Google and France agree to pay for the reports

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Google on Tuesday ended a dispute over compensation for the use of news stories. The company has made commitments to the Competition Authority.

Google was fined 500 million euros last year for failing to reach a fair deal with French media over the publication of their stories.

The tech giant claims to have recently reached agreements with more than 150 French titles on the remuneration of their messages. These include the press agency Agence France-Presse (AFP), newspapers The world and Le Figaro and the news site huffingtonpost.fr.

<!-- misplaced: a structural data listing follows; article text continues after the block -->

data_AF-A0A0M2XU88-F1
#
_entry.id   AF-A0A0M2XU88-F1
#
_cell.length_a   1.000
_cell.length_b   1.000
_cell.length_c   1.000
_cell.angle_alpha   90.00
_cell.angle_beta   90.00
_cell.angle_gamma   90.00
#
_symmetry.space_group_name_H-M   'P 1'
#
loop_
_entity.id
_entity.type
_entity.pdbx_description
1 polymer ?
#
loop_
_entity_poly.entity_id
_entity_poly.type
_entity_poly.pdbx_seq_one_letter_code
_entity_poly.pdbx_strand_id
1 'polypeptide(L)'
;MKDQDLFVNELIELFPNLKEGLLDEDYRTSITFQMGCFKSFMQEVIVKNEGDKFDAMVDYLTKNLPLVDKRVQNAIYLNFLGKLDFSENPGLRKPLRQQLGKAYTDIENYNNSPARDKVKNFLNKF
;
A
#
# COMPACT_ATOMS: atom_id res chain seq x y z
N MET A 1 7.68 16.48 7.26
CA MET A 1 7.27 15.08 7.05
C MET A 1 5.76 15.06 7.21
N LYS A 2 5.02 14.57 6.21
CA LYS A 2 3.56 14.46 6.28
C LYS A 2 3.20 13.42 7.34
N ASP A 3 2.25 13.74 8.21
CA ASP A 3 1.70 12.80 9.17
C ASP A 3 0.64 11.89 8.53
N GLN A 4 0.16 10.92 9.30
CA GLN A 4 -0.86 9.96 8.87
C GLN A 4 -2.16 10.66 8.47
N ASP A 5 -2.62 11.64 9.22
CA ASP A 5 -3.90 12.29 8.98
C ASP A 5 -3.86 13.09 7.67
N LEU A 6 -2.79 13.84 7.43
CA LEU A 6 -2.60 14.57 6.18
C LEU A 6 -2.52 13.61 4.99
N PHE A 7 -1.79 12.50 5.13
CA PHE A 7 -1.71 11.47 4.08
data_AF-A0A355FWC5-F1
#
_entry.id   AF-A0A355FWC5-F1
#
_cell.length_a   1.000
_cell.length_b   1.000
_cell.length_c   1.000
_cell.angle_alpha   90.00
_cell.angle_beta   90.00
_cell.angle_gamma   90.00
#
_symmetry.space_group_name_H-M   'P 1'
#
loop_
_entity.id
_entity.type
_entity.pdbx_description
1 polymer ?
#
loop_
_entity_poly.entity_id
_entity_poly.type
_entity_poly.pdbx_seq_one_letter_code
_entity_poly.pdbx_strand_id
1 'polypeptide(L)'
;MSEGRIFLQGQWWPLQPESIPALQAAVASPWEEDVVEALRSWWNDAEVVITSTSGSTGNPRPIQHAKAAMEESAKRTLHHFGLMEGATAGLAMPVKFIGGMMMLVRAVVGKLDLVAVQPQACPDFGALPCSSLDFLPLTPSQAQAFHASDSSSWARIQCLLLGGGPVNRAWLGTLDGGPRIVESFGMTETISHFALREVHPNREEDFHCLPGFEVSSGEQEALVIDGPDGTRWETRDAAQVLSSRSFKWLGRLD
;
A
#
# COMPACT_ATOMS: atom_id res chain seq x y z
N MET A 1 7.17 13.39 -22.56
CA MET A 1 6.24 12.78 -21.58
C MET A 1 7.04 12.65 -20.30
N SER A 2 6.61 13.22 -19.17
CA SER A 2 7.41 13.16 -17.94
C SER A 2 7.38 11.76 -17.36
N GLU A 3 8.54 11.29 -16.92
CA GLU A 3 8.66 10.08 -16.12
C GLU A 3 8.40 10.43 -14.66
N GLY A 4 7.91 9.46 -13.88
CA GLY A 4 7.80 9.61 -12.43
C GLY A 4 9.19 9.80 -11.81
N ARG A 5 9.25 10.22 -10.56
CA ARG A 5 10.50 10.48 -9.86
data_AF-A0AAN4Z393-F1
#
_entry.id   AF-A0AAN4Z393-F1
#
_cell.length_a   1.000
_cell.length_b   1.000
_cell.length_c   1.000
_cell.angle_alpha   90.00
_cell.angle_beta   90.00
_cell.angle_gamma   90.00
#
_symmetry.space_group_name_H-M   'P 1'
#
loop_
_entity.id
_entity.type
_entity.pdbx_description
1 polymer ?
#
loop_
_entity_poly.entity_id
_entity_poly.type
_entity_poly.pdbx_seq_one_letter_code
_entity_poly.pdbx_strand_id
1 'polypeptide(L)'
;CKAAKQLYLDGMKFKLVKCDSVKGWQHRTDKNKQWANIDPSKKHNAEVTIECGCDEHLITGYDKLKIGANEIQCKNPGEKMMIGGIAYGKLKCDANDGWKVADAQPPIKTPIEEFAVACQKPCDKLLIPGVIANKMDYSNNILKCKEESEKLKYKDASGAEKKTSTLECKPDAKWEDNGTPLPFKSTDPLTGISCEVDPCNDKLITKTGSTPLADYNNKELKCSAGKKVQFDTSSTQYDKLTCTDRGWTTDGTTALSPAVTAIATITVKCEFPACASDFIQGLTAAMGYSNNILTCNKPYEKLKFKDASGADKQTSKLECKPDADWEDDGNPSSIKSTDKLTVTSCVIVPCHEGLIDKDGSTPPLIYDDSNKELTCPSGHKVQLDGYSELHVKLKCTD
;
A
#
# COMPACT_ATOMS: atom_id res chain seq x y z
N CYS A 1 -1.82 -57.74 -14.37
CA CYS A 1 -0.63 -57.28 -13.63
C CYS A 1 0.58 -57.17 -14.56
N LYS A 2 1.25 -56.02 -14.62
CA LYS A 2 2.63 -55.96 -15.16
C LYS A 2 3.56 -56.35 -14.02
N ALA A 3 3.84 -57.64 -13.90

Google also reports that an independent party is checking whether the technology group and media companies are making enough progress in negotiating their message placements. If talks stall, publishers can arbitrate at Google’s expense.

According to Benoît Cœuré, head of the regulator Autorité de la concurrence, Google has set up a framework for fair negotiations with the news media with promises “for the first time in Europe”.

Since 2019, new European legislation has given news media publishers the possibility to request money from the main online platforms that publish their news articles or parts of them. Newspaper publishers, for example, have already complained about missing advertising revenue because platforms like Google publish their news.

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